“Where do you fall on the Kinsey scale?”
I immediately became flustered as I read that text. Nervous my family would notice my change in mood, I ran to my bedroom to think. This was the first time I’d been back to Texas after starting my freshman year at Caltech, where I’d met the friend who sent me the message. She was from San Francisco, so it was probably safe. My hands shaking and heart racing, I finally pressed send.
“Um…probably a 3. But I’m going to marry a guy and live a normal life.”
I’m going to marry a guy. I repeated that phrase over and over in my head trying to convince myself. It was the phrase I told myself every day up until this point.
Except for the girl I had held hands with a few days before school ended for the term, I’d never come out to anyone. I was too scared. I grew up with my best friend in the world constantly saying that gay people disgusted her and hearing extended family members compare gay relationships to bestiality.
That’s part of the reason I chose Caltech. I matriculated here in part to escape the conservatism of Texas, to do research at the top science university in the world, and to play NCAA Division III tennis.
Since I’ve been here, I’ve loved it. Most people have been supportive of who I am, and slowly I’ve learned to accept myself.
Two and a half years after the Kinsey-scale text, I’m still dating the girl whose hand I first held. She is the smartest, kindest and most beautiful person I have ever met. She encourages me to do my best in creating positive change, reminds me to be kind to everyone, and loves me for who I am.
She graduated after my freshman year and has been living in Seattle ever since. When I picture my future, she is always in it. Now, instead of repeatedly telling myself that I will marry a man, I count the days until I can graduate early and be with her forever.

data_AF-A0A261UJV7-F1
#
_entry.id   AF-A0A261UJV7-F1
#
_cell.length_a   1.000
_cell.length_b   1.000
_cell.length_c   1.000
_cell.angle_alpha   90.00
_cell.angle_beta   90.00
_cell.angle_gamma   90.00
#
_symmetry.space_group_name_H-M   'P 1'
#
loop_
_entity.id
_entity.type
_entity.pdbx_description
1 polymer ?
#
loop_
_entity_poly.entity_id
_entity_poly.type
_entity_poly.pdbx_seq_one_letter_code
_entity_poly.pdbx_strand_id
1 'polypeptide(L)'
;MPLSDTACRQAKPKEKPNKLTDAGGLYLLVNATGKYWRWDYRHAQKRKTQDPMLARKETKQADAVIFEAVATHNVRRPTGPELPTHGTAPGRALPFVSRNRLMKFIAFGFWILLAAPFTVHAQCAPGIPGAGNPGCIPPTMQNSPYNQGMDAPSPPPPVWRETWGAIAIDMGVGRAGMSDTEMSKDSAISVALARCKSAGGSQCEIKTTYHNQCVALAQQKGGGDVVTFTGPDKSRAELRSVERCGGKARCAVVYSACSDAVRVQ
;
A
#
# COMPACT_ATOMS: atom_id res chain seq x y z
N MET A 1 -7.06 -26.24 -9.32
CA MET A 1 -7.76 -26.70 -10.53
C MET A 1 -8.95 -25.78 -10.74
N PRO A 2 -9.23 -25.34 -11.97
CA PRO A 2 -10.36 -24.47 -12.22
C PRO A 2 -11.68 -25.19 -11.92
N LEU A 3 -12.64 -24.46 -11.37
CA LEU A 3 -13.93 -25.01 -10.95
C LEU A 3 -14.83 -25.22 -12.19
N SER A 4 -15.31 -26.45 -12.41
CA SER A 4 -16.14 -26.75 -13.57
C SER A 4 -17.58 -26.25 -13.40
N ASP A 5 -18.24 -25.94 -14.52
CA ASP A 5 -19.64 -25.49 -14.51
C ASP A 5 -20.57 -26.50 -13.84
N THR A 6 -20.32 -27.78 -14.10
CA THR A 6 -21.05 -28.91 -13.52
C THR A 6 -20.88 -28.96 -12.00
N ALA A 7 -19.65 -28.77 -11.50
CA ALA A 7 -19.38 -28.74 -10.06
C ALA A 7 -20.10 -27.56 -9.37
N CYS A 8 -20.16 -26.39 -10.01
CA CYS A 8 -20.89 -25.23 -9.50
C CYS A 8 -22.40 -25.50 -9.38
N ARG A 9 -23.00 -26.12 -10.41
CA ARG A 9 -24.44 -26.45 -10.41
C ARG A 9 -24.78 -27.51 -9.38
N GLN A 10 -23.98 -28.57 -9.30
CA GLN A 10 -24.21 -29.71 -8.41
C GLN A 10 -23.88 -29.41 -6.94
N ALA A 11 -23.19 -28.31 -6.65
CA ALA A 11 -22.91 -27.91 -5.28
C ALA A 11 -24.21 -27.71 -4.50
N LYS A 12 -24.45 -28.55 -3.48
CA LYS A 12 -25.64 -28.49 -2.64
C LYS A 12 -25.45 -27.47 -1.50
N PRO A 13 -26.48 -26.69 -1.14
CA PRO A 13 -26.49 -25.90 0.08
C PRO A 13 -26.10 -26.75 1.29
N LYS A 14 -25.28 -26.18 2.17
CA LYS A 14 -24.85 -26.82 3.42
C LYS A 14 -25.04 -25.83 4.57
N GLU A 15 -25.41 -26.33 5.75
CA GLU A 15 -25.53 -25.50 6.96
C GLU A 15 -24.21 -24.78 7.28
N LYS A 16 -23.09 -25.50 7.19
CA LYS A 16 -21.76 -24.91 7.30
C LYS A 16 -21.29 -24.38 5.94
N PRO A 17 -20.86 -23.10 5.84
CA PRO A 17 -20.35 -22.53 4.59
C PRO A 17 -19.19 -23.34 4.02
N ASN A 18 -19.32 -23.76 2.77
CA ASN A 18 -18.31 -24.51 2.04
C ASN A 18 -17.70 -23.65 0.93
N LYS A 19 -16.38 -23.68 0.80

Throughout my time at Caltech, my tennis team has been incredibly supportive of my relationship. Our assistant coach at the time was the second person I came out to, then the captain, then the rest of the team. At the SCIAC Championship last year, the team wore pride shirts to our first-round match to support me.
However, wearing pride shirts to a match isn’t enough anymore. So today, I choose to come out to the world.
And I’m asking the world to take action.
A few months ago I was researching schools on our match schedule. I found out that one of the schools we were scheduled to play, East Texas Baptist University, is a Christian school that has an exemption to parts of Title IX. That exemption allow it to discriminate against the LGBTQ community while receiving federal funding.
When I saw this, I was completely appalled. How could a school accepting my tax dollars discriminate against people like me? How was this even legal?
About a month and a half before the match I presented this to my coach, who talked to the Caltech athletic department. The response was that I should speak with the Title IX Coordinator to learn how to work with people whose opinions are different from my own.
As a liberal atheist non-straight vegetarian from Plano, Texas, I already knew how to do this. Nonetheless, I met with the Title IX Coordinator anyway. Over the next month, we did our research and contacted ETBU to verify that this Title IX exemption was indeed in effect.